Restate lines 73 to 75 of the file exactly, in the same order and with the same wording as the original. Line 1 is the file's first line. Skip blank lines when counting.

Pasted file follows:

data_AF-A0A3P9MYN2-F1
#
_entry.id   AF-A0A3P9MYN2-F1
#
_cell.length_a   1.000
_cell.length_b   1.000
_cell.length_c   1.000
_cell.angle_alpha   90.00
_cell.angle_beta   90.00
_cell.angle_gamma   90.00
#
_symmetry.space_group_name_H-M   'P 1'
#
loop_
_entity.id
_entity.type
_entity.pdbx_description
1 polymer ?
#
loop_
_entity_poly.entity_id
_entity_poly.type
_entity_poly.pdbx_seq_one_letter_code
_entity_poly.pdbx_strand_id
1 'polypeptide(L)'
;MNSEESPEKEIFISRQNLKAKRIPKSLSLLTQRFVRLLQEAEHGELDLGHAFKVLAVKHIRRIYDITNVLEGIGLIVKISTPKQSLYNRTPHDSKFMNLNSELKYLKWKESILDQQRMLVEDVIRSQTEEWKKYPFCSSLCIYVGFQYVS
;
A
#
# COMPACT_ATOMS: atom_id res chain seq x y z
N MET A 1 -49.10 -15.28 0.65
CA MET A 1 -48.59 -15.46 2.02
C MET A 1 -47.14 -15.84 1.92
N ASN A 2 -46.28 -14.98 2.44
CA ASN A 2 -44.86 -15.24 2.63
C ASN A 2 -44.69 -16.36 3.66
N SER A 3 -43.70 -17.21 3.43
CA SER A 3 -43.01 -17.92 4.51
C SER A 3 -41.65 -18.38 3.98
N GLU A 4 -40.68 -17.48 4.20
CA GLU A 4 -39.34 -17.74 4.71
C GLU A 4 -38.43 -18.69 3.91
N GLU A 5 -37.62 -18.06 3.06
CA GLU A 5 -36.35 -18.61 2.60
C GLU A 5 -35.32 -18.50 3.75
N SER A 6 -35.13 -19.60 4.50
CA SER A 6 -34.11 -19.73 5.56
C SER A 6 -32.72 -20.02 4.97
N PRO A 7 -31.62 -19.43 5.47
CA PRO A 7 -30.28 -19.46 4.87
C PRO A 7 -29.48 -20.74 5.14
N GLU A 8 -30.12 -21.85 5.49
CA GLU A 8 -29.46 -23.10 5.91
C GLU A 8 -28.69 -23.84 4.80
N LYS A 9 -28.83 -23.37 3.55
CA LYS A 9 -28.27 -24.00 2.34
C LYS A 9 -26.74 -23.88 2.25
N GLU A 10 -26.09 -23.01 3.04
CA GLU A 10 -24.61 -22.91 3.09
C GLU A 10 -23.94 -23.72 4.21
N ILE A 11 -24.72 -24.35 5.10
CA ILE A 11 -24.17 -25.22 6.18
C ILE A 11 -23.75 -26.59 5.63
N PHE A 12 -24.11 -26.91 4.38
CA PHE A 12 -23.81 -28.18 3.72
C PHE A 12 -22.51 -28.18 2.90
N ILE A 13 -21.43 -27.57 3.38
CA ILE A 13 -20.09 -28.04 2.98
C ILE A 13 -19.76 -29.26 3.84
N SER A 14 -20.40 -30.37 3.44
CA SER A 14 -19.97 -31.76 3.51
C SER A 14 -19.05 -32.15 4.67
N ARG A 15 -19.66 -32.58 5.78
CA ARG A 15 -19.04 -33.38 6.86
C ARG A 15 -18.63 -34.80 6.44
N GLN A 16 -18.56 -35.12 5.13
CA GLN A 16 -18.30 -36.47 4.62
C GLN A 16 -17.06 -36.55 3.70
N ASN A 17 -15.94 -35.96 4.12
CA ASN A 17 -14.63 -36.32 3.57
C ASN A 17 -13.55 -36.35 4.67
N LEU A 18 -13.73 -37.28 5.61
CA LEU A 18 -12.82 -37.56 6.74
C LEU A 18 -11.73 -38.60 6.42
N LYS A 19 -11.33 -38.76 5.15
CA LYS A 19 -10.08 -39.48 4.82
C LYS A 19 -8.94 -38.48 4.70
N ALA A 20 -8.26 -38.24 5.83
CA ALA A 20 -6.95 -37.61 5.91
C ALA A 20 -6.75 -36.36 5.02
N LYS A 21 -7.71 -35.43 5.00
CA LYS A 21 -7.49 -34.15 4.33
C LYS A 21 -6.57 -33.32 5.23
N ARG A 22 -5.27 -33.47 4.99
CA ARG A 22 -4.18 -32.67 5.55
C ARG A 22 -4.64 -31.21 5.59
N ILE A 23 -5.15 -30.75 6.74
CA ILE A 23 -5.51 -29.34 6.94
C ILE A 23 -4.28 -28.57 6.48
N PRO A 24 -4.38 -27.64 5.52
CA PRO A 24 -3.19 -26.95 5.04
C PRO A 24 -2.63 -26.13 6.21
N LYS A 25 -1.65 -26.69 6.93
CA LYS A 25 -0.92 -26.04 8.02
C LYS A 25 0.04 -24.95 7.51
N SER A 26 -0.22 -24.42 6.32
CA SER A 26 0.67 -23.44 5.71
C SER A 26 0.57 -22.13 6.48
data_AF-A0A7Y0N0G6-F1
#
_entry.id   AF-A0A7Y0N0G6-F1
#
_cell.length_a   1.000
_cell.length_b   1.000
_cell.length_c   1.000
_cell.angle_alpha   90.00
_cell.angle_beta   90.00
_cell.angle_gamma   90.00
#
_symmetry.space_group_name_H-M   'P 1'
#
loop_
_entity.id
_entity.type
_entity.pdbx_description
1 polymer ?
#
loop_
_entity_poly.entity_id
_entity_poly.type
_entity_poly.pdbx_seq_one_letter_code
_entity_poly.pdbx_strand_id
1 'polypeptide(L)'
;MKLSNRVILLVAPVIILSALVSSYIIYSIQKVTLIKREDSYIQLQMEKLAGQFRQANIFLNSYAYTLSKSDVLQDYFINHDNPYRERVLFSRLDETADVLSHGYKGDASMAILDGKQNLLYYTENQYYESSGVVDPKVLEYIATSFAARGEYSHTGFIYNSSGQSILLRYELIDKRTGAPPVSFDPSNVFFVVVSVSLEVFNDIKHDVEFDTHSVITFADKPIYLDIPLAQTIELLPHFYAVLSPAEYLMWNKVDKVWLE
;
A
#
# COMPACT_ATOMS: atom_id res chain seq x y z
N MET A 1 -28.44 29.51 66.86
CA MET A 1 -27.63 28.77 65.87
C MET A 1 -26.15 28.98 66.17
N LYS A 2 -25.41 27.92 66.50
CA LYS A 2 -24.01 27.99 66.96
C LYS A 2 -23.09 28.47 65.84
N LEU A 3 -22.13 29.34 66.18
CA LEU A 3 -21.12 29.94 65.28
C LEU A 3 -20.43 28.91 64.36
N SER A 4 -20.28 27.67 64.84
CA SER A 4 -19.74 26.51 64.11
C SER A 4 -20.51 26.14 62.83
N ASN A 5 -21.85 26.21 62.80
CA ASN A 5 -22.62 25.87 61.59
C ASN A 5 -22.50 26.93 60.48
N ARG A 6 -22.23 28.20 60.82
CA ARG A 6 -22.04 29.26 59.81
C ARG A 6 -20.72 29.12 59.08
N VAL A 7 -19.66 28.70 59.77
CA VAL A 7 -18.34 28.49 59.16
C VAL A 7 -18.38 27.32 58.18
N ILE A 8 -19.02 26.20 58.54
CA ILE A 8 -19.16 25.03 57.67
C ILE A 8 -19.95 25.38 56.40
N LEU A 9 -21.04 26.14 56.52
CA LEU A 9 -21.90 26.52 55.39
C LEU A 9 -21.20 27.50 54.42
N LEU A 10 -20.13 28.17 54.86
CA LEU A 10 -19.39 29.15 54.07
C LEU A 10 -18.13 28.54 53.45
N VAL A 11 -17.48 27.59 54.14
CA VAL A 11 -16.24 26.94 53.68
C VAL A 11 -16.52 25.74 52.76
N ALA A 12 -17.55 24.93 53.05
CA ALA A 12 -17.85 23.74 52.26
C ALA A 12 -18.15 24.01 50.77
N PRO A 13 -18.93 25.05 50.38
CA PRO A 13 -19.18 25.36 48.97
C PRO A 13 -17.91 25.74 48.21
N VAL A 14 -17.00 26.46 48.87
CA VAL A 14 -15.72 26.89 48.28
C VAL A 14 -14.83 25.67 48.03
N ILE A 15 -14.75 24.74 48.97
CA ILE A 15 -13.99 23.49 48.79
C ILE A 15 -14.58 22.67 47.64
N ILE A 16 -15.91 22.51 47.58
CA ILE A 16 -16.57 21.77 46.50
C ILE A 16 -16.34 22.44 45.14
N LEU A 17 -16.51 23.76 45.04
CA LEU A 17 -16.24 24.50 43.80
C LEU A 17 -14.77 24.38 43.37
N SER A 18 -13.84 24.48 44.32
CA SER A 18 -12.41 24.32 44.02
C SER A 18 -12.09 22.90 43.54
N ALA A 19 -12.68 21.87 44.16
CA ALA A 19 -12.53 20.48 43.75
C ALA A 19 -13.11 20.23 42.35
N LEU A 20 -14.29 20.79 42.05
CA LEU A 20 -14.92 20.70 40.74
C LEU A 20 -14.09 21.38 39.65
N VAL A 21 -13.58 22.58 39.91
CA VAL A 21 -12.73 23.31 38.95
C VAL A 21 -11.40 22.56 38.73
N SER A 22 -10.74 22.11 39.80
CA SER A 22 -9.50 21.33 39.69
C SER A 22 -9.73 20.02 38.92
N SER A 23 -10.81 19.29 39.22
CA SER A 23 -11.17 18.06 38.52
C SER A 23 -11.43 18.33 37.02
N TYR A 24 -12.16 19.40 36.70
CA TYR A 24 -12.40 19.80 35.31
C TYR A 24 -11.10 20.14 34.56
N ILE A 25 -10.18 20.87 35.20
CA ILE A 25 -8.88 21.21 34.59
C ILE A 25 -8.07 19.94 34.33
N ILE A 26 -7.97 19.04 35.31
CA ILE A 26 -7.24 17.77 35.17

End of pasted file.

N ARG A 15 -19.66 -32.58 5.78
CA ARG A 15 -19.04 -33.38 6.86
C ARG A 15 -18.63 -34.80 6.44